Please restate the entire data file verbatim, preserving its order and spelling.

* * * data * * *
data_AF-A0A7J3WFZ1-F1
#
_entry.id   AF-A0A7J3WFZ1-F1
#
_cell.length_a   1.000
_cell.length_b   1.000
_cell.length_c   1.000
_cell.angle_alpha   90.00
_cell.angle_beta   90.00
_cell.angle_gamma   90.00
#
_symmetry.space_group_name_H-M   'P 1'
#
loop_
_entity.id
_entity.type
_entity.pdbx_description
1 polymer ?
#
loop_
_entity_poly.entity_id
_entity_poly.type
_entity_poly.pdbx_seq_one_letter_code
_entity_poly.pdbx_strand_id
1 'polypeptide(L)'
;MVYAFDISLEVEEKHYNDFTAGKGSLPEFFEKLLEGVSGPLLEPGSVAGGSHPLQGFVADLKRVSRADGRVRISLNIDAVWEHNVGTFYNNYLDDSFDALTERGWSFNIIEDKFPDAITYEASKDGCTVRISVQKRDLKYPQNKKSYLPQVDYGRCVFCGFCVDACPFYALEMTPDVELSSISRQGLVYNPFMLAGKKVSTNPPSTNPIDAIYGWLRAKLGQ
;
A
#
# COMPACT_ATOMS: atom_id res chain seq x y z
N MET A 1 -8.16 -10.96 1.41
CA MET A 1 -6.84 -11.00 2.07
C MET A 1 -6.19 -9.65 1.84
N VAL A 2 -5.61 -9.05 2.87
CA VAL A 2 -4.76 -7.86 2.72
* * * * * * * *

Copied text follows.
data_AF-A0A7J3WFZ1-F1
#
_entry.id   AF-A0A7J3WFZ1-F1
#
_cell.length_a   1.000
_cell.length_b   1.000
_cell.length_c   1.000
_cell.angle_alpha   90.00
_cell.angle_beta   90.00
_cell.angle_gamma   90.00
#
_symmetry.space_group_name_H-M   'P 1'
#
loop_
_entity.id
_entity.type
_entity.pdbx_description
1 polymer ?
#
loop_
_entity_poly.entity_id
_entity_poly.type
_entity_poly.pdbx_seq_one_letter_code
_entity_poly.pdbx_strand_id
1 'polypeptide(L)'
;MVYAFDISLEVEEKHYNDFTAGKGSLPEFFEKLLEGVSGPLLEPGSVAGGSHPLQGFVADLKRVSRADGRVRISLNIDAVWEHNVGTFYNNYLDDSFDALTERGWSFNIIEDKFPDAITYEASKDGCTVRISVQKRDLKYPQNKKSYLPQVDYGRCVFCGFCVDACPFYALEMTPDVELSSISRQGLVYNPFMLAGKKVSTNPPSTNPIDAIYGWLRAKLGQ
;
A
#
# COMPACT_ATOMS: atom_id res chain seq x y z
N MET A 1 -8.16 -10.96 1.41
CA MET A 1 -6.84 -11.00 2.07
C MET A 1 -6.19 -9.65 1.84
N VAL A 2 -5.61 -9.05 2.87
CA VAL A 2 -4.76 -7.86 2.72